View Full Version : Climbing steep hills

09-15-2010, 03:50 AM
I've noticed it twice now that when my 3500 Sprinter based motor home starts up a steep hill (from a stand still) it takes what seems forever for the vehicle to start moving. My last episode was on a mountain pass in Crested Butte, Co. This dirt road was starting to deteriorate into a jeep road. In front of me was a large water bar which I didn't know if the vehicle could clear so I stopped (on a steep incline) to take a look. After trying to back up - which became impossible; I had no choice but to take on the hill and water bar. I believe the accelerator was floored but the rpm remained below 2000. After perhaps 3 seconds it decided to take off. My wife thought she saw the check engine light flash on, then off again. I made it safely over the water bar, but not without quite a bit of rock & roll. The Koni shocks nor stiffer rear sway bar could keep the stuff in the locked (upper) cabinets from falling to the floor.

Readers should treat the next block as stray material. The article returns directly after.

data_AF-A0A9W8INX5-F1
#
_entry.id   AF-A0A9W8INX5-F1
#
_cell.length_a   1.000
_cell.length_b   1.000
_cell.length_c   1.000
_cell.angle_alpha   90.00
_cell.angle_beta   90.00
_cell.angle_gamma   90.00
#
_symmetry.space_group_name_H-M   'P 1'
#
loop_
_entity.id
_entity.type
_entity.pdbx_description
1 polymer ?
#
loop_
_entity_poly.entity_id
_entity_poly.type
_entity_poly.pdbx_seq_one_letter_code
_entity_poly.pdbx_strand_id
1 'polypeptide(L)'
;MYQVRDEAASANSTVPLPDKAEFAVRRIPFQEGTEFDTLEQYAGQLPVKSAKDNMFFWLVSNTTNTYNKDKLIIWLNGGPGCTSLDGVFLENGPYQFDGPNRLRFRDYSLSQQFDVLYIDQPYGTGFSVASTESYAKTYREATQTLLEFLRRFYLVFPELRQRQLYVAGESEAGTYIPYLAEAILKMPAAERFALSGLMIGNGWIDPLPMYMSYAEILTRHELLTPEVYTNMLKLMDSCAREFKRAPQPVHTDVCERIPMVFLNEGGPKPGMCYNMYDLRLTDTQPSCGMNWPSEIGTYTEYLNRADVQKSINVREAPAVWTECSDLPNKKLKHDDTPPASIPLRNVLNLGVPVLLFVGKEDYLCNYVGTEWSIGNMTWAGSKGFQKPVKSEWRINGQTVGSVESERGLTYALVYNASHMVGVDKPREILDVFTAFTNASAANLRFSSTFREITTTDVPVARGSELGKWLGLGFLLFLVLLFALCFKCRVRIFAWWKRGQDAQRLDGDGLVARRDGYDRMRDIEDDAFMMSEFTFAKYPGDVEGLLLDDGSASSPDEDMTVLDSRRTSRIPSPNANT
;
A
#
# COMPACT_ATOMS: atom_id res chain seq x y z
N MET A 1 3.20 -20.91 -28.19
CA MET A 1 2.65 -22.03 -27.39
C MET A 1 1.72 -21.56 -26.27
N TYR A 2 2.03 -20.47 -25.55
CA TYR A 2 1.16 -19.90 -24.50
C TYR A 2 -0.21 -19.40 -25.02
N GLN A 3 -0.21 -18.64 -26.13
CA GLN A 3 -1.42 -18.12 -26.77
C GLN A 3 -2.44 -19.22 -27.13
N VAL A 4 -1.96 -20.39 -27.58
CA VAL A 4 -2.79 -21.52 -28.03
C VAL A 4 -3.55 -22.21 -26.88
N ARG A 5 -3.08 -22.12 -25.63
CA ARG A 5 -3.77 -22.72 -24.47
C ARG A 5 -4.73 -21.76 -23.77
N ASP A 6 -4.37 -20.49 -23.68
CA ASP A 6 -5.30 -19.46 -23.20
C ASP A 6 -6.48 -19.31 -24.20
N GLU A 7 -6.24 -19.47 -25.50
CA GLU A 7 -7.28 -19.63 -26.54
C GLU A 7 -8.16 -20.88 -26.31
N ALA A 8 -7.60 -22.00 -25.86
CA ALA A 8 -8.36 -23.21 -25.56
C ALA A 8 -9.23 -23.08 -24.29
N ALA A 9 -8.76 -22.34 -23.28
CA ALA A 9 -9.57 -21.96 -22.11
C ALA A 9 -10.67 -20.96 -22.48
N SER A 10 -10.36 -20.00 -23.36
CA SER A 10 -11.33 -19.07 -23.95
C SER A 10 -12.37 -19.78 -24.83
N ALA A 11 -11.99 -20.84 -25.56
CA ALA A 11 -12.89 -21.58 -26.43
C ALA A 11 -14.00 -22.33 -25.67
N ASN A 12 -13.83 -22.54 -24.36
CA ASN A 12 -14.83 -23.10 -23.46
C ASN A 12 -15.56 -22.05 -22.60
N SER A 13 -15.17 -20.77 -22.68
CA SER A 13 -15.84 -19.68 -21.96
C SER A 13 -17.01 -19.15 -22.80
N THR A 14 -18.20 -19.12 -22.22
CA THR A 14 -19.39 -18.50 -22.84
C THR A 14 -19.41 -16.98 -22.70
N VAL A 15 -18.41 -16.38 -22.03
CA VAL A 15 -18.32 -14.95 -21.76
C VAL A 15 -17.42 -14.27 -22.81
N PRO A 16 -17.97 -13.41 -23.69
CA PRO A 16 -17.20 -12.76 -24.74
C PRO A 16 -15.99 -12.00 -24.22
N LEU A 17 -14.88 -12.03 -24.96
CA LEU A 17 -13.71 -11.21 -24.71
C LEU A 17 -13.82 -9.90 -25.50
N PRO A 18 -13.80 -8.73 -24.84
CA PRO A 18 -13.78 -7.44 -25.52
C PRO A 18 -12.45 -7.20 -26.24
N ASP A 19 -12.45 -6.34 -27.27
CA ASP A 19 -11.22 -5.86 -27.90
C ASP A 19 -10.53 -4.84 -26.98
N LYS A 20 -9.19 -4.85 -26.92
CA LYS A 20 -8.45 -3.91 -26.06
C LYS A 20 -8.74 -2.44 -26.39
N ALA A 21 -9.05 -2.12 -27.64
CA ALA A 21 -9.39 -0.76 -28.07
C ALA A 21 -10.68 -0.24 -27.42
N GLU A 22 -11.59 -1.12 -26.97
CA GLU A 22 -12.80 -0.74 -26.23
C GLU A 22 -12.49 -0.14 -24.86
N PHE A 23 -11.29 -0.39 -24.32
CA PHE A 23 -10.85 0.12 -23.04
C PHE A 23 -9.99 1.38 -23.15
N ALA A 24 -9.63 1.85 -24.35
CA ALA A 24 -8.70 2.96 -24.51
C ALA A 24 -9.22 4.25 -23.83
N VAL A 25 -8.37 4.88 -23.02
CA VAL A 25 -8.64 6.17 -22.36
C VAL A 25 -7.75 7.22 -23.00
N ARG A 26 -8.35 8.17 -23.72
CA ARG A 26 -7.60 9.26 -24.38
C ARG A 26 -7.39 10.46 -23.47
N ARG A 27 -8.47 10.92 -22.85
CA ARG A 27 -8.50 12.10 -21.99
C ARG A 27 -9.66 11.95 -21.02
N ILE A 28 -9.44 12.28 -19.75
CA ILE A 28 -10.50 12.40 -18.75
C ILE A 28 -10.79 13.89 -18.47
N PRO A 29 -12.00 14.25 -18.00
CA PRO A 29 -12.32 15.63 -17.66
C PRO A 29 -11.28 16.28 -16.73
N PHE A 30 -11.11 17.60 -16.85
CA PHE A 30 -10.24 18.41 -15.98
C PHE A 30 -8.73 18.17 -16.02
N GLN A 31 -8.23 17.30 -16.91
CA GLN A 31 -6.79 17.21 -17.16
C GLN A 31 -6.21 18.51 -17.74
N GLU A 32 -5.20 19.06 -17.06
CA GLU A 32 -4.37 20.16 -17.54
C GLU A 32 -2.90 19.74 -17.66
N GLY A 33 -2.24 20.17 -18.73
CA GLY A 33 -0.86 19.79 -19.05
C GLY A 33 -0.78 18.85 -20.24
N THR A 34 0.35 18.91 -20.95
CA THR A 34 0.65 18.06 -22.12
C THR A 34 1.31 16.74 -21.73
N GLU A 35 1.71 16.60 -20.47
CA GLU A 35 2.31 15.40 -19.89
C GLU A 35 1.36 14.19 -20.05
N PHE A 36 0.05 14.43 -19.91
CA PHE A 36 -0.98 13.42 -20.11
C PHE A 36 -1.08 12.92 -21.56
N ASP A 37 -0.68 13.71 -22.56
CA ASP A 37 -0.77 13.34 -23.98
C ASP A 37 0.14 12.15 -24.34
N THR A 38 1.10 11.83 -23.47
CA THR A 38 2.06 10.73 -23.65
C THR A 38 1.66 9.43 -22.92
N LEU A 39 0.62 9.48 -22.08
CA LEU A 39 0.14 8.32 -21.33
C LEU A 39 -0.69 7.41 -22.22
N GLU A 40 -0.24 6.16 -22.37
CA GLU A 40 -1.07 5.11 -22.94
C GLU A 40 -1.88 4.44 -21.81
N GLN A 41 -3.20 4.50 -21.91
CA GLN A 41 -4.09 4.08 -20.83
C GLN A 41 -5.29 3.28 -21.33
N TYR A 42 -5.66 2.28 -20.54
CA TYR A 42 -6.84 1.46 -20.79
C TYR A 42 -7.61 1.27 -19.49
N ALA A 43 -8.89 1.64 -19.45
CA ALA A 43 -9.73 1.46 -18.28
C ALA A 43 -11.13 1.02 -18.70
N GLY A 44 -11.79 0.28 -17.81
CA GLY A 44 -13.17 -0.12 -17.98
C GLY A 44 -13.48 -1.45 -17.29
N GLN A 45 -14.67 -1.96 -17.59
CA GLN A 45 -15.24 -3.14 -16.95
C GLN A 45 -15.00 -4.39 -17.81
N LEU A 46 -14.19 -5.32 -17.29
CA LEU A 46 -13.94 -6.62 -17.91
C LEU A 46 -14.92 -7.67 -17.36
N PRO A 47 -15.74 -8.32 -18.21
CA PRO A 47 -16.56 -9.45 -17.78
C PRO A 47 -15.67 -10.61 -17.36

Why doesn't the turbo turn on? A manual turbo switch would be great. Is it normal for a Sprinter to struggle as it starts up a steep incline? The vehicle is probably a few pounds over weight.

I wish I have a manual transmission.

After finding a place to turn around, I camped at a lower elevation. This view is overlooking a famous mountain bike trail (401 Trail) in Crested Butte. There were no stored error codes in the computer.



Altered Sprinter
09-15-2010, 04:30 AM
FAIR COMMENT:However please do not take my reply as a negative to wards your question and thoughts.
I would like to know what your rear axle ratio is.?
Ok! I'm on a steep mountain pass and stop! What was the angle on the pass incline 45 degree! I'll bet my Sprinter on it.
Condition of road surface loose under surfaces with a marbleized fine gravel with a hard packed under base mains surface or corrugated.